Re: CHOP/MITER SAWS

I have the new Craftsman you refer to and I love it. It's a very accurate saw and it comes with 2 carbide blades. It's made in Taiwan and is not an Emerson. It seems that most router bits, no matter where you buy them from are also made in Taiwan.

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On 27 Aug 2003 20:09:42 GMT, snipped-for-privacy@aol.com (WARRENRN1) wrote:

    There is a big difference.
    For example, all the craftsman miter saws I have used were missing pieces. They tend to fall apart.
    Several magazines have done comparisons. The ones I have seen rate DeWalt and Hitachi very high. I have a Hitachi which I'm quite happy with, but beware of buying a new one. They are making them in China now and the quality does not look good.
    Bosch reportedly also makes a very good one, but I have no personal experience with it.
    You would be wise to avoid house brands such as Craftsman, Ridgid and the rest. You would also be wise to avoid cheap brands such as B&D, Ryobi, Delta, etc.
        Good luck.
            Peter
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I love my Wilwaukee Miter saw! I never see anything written about it but the handle placement is great and it is very well made. It seems to be to be much better quality than DeWalt and I dislike the handles on the rest-except Bosh. Never seen one of them.
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The Craftsman saw is a new chop saw model that was recently introduced and no reviews have been done on it yet.
(WARRENRN1) wrote:

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If it's a Crapsman, here's my review, with product sight-unseen: IT SUCKS!
DAVE
Joe wrote:

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I'm a weekender in the shop. It is a hobby. I don't need industrial strength tools. I have a Craftsman and love. I don't use it in a production environment. Every buck I save in one place I can spend in another.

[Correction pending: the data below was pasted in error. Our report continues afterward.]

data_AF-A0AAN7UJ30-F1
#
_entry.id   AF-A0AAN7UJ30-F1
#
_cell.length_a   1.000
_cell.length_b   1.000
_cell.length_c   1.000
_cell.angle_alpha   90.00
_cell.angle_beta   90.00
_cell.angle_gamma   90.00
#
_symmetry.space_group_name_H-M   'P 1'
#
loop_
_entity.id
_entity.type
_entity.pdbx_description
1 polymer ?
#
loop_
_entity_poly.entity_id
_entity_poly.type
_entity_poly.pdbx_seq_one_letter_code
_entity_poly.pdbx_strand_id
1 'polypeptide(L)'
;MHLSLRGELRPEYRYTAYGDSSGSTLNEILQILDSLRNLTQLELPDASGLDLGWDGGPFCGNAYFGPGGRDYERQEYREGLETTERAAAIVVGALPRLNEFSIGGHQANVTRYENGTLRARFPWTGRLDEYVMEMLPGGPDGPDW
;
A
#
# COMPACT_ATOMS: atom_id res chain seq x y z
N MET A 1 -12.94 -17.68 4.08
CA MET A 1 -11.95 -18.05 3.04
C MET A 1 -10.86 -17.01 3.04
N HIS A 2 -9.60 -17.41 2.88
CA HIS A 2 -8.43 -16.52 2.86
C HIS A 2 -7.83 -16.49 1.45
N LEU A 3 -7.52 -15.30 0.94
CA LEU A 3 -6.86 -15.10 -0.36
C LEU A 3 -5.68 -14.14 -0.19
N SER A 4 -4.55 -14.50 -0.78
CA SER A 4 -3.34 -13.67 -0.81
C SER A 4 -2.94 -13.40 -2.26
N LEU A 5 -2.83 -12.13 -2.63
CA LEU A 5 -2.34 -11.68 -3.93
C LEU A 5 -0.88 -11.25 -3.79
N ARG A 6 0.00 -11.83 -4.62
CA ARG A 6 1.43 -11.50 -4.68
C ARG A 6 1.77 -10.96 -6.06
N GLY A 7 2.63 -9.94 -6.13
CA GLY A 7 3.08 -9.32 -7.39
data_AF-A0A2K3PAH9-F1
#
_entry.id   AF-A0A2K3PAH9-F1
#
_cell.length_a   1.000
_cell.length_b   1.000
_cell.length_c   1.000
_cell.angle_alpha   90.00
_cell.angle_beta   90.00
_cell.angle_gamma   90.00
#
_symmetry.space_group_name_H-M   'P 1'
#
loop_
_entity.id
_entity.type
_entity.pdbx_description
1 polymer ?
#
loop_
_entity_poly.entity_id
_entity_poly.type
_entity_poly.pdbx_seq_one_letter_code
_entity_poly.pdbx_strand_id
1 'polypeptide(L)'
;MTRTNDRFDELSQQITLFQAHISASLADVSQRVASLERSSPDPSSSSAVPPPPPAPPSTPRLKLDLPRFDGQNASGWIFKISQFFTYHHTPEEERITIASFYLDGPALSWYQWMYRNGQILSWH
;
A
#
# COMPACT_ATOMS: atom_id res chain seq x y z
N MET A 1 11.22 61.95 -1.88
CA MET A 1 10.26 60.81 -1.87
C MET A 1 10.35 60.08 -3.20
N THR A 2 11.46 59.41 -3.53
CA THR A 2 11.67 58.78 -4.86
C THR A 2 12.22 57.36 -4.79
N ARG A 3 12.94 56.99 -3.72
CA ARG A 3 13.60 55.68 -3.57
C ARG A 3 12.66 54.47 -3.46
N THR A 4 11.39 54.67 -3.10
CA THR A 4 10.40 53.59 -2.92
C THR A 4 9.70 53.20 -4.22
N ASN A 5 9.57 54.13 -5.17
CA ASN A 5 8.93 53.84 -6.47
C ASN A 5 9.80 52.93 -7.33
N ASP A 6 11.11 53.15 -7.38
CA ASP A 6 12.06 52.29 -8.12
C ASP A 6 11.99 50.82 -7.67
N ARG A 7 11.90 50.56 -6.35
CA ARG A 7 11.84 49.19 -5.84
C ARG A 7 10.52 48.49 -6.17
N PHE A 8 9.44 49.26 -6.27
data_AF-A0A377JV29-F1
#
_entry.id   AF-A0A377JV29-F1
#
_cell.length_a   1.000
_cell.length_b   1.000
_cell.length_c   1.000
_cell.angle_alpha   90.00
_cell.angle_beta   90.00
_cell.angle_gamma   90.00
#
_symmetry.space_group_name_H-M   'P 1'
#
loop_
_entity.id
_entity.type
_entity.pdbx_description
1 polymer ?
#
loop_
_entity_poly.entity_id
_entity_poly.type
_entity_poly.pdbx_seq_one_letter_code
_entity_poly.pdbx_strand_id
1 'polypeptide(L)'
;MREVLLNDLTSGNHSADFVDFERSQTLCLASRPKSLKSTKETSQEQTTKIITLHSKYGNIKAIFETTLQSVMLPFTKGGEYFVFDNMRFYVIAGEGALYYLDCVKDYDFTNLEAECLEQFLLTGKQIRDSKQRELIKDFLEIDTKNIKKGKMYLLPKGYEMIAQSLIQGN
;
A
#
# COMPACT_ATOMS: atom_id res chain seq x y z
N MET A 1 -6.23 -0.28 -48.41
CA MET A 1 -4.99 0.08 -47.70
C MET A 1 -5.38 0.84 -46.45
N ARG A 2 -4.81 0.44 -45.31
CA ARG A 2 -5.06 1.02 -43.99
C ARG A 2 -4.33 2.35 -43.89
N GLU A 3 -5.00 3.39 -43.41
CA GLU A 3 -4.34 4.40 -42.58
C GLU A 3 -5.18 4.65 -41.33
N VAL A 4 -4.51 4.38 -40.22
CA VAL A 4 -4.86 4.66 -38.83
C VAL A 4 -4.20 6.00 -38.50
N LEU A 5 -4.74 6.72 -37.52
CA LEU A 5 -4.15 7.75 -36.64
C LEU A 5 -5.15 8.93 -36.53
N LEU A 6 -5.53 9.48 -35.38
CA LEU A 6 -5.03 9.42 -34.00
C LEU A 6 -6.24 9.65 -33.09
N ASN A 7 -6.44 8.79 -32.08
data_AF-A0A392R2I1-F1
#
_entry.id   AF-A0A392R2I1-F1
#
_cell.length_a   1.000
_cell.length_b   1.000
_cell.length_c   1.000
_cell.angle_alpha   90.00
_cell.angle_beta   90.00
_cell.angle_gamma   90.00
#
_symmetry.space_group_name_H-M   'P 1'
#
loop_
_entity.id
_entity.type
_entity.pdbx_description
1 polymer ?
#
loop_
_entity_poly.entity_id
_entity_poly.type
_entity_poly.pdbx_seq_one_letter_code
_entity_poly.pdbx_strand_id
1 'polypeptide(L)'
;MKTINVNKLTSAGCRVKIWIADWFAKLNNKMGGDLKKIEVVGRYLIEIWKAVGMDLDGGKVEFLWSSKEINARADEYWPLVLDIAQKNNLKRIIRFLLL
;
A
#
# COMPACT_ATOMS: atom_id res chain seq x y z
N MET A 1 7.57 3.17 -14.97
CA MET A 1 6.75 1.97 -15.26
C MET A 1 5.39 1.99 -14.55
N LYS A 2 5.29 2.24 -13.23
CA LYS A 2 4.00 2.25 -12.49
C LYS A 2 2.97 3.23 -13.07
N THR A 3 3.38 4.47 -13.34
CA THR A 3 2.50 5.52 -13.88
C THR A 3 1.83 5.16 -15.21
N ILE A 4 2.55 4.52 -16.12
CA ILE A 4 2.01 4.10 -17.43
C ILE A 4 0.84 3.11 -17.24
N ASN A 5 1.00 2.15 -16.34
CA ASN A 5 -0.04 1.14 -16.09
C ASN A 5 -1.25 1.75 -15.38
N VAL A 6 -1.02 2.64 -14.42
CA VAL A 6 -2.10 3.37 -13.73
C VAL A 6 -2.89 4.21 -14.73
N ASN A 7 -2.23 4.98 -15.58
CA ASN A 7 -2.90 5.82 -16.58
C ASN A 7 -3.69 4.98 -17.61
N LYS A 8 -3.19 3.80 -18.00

Bottom line, unless you are a carpenter for hire, the Craftsman will do fine. Make you own mind up by going and looking at the tools yourself.
Mapdude
Bay Area Dave wrote:

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Maybe. It is not so much a question of durability as it is accuracy. I don't know enough about the brand to give an opinion, but a bad cut is a bad cut regardless of the brand and when I put two pieces of wood together, I want the best fit possible.
Most any brand will do if you are framing a garage. If you are making fine furniture, you have different needs. Ed
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You've succeeded in writing the most ignorant statement I've run across on the Wreck in a long time. You don't have to be a "carpenter for hire" to aspire to something a lot better than Crapsman. Some folks get great satisfaction from using fine tools. They don't have to make a dime from their hobby to appreciate the "good stuff". Also, some folks will be happy with the Sears tools. More power to them. I've had 'em and they uniformly SUCK! Got rid of them.
dave
Mapdude wrote:
snip

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I have 2 Craftsman tools that I am well pleased with. One is a radial arm saw from the 1960's (that weighs a ton and I would not trade it for any RAS that is on the market today), and the other is the Craftsman's new laser chop saw that is a real jewel. I hear it is made by Hitachi. If you are referring to the tools made by Emerson or Rigid I would agree with you they are crap. All or most of my other stuff is Dewalt and Makita, except for my Tormek and Hitachi sharpeners. Don't you figure that maybe Sears has taken so much heat and heard a lot of bitching about some of the crap they sold in the past, that they are trying to make a real effort to change their image? They have some pretty good sales now and then and with their coupons one can get some good deals on any thing they sell.

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Glad you are happy with your tools, Joe. I've had a number of Sears items that either went back for full refunds, or I sold them, or I stashed them in the attic. They just don't perform like well made tools from the "majors".
Changing their image? No, not really; they always are having sales, just like Macy's. Cheap prices don't a good tool make, however. I'll stick to the front runner brands in each tool category. I don't like to waste money on anything that will underperform and need to be replaced when my aggravation level rises to the "screw this POS, I'm going out and getting an "xyz" that WORKS!" It's cheaper to spend the money up front for the good stuff. I don't agree that buying Sears tools (except hand tools) is a wise policy. As everything else in life, that's just one man's opinion...mine